When eating or drinking new foods during the race, only have a small amount to make sure it is compatible with your stomach. They had some kind of weird soup (not broth), so I sampled a tiny bit a few times before I chugged any down.
I did a bad job shaving under my chin, I even knew I did a bad job when I did it, I just did not care. Bad idea. A nearly six hour bike ride with stubble here, a bike helmet strap and salt makes made for a nice rash.
As I passed through the various aid stations for runners, I kept thinking the word for water in Portuguese sounded like vodka. How funny I thought. Then about halfway through the run a bilingual fellow who passed me explained they were saying "Vaca" which actually means cow – as I was being addressed based on my shirt, which was white with large black spots. Later, I realized they were also asking me if I wanted "leche" (Spanish for milk). Funny, real funny. Ha Ha!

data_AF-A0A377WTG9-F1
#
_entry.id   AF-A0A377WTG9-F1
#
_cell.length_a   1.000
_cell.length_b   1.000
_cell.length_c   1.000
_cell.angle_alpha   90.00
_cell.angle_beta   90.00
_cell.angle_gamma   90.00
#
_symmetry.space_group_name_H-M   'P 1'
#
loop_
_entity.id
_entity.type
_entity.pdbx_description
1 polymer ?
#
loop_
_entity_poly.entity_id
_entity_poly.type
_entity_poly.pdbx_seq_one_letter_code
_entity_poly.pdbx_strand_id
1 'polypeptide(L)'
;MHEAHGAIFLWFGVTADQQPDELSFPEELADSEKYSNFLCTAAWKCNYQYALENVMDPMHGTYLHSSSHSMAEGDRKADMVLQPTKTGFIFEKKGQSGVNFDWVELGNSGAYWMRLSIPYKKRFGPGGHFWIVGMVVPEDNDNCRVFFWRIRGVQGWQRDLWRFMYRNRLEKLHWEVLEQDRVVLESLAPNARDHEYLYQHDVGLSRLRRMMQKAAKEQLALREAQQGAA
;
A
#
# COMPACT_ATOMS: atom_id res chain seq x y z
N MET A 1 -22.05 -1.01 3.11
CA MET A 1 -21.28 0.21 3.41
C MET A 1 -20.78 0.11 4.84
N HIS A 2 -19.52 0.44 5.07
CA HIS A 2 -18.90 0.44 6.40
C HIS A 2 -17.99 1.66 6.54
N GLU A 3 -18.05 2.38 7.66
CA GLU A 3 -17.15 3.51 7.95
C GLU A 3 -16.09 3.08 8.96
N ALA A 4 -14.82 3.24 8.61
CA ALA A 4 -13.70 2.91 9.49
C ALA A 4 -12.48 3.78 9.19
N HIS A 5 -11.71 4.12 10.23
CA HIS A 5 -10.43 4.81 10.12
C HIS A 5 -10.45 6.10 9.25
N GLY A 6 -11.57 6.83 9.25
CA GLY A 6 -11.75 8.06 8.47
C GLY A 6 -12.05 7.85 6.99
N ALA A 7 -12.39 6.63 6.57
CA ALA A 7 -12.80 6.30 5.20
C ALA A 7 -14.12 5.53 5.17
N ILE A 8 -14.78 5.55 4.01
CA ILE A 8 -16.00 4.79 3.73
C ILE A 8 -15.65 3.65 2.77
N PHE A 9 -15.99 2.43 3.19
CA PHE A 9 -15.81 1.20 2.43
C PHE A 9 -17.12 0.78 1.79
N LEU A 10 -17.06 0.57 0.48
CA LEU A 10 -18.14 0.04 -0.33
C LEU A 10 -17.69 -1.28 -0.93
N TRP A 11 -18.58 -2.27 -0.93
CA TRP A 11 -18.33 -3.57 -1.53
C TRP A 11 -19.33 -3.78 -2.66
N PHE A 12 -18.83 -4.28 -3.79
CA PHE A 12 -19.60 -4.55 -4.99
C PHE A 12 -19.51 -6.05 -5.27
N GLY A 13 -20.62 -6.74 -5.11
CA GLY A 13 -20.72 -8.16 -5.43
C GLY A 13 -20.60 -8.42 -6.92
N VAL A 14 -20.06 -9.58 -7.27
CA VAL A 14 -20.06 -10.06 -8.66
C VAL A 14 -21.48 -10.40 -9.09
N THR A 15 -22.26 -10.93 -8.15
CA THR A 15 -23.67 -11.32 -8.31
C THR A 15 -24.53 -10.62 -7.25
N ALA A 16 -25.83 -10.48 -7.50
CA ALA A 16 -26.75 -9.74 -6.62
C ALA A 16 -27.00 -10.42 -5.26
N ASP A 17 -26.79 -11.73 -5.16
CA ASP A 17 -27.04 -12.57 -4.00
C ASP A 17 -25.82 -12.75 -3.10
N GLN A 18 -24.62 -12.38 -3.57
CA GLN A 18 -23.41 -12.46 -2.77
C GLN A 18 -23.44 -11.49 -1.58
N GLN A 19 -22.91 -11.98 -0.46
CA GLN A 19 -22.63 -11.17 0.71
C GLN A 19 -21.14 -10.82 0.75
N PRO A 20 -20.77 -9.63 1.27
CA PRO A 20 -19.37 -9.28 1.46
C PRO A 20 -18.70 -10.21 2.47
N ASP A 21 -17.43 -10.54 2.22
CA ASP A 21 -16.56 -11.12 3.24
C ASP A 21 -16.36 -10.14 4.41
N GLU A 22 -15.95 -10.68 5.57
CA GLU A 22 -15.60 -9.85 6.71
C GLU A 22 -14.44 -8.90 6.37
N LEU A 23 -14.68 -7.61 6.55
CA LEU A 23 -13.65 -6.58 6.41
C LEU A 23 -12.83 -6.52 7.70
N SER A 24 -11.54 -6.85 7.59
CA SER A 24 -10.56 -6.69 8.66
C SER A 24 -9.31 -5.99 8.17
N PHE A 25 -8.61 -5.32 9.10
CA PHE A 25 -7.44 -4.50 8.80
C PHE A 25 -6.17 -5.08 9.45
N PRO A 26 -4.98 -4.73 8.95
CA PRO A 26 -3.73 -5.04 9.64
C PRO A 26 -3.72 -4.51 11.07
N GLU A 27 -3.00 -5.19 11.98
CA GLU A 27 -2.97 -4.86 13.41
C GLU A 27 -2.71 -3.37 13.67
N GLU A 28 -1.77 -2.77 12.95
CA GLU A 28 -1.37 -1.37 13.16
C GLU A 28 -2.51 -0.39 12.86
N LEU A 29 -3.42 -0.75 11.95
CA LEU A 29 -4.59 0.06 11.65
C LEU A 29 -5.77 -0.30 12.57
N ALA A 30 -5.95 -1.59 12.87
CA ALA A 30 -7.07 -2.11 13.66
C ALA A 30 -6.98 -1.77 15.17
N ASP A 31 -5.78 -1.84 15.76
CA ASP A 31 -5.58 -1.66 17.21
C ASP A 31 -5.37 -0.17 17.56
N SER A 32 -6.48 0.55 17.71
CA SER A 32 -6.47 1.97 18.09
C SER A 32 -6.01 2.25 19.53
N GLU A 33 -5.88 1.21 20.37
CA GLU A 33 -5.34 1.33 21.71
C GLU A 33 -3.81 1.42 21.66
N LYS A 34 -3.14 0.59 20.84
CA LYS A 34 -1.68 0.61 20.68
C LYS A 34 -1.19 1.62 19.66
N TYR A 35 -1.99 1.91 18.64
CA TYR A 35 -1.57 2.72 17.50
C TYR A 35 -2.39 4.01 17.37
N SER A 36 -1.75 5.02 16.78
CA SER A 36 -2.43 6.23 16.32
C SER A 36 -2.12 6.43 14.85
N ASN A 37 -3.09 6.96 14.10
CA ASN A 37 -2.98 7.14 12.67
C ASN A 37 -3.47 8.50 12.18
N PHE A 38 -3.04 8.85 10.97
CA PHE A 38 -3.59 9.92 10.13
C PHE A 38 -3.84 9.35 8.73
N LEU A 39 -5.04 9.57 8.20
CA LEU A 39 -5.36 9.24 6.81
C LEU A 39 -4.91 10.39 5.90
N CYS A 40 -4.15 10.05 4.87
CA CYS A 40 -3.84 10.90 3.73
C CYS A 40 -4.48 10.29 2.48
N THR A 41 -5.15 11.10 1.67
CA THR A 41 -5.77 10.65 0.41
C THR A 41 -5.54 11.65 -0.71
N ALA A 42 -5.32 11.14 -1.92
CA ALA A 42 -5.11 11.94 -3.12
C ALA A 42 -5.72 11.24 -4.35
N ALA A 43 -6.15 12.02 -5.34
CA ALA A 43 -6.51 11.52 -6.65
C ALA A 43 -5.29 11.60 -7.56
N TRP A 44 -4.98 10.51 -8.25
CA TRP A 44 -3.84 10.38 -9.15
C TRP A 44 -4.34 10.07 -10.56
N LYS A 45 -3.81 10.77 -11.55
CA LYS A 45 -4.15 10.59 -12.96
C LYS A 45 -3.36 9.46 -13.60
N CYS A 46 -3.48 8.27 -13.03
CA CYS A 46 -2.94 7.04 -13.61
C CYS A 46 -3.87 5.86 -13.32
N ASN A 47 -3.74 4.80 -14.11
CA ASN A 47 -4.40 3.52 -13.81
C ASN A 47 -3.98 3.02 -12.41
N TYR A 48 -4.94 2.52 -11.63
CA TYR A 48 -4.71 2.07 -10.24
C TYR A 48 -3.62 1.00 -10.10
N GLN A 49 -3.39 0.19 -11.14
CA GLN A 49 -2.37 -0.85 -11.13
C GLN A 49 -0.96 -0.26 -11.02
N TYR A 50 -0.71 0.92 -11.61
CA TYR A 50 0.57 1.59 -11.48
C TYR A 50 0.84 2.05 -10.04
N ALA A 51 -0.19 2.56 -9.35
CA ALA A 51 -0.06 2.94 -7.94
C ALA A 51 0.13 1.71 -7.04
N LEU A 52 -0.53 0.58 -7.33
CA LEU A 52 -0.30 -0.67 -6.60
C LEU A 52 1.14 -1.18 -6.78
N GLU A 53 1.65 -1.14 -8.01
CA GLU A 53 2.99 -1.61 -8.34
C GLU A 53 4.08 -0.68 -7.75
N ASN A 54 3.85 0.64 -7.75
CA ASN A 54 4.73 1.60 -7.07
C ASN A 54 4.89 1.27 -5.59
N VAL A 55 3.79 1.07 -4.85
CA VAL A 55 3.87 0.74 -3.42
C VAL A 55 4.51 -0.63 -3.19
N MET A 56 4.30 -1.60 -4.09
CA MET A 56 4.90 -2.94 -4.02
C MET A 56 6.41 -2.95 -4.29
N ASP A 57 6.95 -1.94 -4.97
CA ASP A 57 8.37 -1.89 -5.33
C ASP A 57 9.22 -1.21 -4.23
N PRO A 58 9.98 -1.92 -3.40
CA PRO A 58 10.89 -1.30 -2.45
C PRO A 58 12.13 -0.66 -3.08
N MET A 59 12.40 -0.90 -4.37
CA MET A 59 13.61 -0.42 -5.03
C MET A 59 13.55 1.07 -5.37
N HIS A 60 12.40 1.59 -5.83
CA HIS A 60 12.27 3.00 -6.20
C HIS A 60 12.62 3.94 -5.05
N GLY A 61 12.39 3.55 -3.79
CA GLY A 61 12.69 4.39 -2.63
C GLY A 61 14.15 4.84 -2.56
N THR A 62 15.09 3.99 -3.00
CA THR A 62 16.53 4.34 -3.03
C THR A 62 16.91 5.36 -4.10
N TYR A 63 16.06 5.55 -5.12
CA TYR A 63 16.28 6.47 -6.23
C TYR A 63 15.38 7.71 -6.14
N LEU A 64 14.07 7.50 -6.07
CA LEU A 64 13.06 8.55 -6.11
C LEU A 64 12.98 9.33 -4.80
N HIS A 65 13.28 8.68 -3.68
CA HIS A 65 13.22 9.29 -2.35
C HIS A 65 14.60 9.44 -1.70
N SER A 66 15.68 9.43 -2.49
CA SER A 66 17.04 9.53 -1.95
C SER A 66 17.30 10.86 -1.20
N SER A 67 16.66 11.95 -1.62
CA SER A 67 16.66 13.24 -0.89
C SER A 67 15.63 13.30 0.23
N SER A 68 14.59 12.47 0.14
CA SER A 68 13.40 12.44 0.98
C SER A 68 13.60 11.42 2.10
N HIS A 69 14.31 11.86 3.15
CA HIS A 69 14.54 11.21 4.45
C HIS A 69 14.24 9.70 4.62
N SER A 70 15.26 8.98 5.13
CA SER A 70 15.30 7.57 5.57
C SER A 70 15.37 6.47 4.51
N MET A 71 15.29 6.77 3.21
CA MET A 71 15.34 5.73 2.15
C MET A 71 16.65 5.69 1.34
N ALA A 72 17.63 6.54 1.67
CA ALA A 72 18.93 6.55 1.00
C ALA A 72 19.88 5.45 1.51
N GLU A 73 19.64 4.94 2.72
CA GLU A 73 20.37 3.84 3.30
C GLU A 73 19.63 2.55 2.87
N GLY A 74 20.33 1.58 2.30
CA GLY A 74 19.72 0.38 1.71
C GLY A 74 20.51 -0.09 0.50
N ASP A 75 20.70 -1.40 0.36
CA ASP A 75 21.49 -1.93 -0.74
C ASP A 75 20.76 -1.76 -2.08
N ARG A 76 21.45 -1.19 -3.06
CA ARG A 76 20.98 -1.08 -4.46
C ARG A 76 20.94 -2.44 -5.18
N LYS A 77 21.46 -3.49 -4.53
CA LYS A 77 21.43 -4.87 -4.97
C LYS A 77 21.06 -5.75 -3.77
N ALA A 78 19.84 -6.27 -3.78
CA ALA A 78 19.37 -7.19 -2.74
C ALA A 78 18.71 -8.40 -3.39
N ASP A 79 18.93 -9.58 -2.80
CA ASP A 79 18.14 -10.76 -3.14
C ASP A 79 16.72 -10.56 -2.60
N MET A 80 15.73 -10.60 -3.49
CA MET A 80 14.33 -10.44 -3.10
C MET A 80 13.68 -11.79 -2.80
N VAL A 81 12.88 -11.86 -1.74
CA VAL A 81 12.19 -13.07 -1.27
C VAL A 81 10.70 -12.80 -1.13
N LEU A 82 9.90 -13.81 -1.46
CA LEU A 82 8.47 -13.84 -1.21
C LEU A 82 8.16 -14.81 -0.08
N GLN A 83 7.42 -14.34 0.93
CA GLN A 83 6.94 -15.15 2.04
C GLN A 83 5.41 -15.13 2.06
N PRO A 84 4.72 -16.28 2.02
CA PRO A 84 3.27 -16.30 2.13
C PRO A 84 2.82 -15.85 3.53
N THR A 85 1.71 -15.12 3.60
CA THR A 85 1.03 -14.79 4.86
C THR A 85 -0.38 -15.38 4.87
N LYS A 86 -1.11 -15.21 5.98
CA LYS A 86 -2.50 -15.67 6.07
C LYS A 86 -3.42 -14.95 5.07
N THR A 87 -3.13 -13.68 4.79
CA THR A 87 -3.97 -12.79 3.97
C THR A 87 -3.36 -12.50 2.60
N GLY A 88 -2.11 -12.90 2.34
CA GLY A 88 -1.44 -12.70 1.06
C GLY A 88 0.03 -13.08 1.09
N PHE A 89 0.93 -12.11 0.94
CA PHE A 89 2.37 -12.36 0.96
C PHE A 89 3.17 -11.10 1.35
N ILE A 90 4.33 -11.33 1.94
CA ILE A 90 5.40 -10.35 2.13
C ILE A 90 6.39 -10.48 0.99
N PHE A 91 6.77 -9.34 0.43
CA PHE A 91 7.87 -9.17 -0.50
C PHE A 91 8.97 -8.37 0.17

Never try new clothes on race day. I always do – even though I know it is a bad idea. My shorts had two problems. For starters, I chaffed in new places (don’t ask, don’t tell, and especially don’t touch). And, maybe another reason so many people were hooting at me in Portuguese was that my shorts turned out to be somewhat see-through from the back. It was kind of my girlfriend and kids to wait until I was done with the race before they told me … you think?
Any finally, when I was recounting my day with my girlfriend, I mentioned Mr. Warrior Athlete Dude and how I wanted to stay ahead of him. She said she had noticed him too as he came across the finish line before me ... in fact, it crossed her mind that had hacking an Ironman resulted in my death, he would be the perfect replacement. No joke! :O